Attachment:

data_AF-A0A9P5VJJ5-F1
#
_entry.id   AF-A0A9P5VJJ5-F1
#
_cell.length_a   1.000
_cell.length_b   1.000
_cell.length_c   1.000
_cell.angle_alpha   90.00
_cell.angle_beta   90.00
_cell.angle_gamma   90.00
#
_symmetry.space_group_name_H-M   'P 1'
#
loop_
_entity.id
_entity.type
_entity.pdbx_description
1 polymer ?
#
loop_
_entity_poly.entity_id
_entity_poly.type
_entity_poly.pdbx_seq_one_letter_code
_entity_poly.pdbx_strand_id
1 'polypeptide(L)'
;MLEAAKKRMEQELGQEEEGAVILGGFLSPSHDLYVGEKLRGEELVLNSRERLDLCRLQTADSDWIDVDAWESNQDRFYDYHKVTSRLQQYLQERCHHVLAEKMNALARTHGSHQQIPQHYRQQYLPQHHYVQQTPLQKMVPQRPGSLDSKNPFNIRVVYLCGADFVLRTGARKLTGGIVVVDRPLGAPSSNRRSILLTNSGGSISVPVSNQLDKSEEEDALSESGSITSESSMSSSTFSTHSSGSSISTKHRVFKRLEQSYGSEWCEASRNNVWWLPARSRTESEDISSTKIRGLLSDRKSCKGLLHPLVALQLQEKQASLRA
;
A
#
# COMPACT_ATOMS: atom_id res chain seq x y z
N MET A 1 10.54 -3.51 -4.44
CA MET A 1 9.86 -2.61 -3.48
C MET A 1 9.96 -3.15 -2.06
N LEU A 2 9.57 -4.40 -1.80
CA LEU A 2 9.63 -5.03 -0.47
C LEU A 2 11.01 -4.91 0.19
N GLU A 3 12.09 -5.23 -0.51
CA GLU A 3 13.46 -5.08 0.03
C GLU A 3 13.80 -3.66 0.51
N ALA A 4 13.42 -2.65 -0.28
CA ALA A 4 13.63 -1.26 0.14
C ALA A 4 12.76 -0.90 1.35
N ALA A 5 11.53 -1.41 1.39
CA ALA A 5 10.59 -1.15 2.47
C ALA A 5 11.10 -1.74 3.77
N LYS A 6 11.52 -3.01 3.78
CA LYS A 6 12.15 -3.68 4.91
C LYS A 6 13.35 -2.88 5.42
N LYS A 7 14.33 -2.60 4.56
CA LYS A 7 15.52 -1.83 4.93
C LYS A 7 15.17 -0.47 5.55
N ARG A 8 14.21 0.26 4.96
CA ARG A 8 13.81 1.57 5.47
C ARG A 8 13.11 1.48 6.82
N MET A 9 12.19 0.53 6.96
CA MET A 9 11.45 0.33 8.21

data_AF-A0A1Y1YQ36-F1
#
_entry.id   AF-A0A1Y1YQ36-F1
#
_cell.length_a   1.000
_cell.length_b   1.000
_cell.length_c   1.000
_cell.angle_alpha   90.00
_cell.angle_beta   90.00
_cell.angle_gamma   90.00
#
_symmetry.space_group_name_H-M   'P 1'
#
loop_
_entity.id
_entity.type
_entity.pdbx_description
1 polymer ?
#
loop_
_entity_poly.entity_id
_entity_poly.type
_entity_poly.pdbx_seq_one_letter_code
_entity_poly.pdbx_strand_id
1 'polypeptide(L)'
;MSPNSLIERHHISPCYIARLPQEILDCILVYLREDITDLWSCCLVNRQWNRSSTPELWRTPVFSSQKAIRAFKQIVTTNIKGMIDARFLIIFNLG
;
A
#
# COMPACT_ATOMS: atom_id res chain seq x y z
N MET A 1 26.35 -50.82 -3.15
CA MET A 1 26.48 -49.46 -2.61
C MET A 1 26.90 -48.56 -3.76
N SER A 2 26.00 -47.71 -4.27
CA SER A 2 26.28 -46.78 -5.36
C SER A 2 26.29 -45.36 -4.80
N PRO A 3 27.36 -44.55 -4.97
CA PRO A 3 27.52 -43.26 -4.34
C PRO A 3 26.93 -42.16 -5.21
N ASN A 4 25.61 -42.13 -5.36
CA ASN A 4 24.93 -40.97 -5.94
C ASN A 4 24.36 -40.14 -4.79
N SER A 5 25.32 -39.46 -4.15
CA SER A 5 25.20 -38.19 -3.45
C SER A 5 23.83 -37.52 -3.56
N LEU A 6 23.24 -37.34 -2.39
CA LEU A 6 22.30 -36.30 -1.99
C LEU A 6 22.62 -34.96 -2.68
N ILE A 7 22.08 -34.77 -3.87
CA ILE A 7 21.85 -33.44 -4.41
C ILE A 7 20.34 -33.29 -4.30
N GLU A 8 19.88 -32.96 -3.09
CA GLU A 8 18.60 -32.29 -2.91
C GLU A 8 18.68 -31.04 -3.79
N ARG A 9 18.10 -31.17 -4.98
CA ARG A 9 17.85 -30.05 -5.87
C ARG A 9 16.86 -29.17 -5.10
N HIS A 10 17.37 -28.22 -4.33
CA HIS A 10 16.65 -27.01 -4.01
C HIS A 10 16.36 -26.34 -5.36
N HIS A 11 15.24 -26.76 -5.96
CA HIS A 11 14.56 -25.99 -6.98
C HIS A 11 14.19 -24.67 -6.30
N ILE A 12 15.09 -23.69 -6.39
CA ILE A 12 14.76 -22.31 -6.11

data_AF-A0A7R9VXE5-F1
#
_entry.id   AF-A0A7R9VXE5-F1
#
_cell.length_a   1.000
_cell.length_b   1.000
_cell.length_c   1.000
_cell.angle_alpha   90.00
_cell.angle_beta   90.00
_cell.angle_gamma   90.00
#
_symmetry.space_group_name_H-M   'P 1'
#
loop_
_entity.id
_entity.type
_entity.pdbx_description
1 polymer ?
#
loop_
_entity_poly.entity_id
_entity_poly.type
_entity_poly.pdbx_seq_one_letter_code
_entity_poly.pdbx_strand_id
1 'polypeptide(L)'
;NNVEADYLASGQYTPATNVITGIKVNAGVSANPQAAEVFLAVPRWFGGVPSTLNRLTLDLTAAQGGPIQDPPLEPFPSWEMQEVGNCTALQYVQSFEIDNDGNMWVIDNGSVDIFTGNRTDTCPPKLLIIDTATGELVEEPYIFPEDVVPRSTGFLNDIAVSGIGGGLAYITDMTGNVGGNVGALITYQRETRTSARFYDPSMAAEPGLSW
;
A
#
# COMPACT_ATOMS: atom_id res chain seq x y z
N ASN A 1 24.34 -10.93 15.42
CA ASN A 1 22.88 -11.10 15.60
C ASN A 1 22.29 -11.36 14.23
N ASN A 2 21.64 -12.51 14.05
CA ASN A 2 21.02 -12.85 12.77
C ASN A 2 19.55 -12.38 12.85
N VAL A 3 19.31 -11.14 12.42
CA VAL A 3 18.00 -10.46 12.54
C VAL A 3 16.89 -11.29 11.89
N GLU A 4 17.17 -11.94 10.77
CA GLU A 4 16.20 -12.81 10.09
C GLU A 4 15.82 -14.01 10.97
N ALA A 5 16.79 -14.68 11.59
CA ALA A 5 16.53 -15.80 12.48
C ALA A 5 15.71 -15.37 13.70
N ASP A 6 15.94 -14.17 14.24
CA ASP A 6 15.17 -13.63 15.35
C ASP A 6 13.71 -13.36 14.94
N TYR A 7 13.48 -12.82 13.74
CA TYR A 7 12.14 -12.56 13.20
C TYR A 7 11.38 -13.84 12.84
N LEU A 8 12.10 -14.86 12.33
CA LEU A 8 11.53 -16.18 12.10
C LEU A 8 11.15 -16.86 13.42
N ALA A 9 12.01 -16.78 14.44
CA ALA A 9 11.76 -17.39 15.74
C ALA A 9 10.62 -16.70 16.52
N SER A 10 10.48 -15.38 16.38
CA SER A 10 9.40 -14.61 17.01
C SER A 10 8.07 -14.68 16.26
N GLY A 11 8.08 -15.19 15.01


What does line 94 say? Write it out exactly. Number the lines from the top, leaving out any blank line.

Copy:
CA PRO A 3 27.52 -43.26 -4.34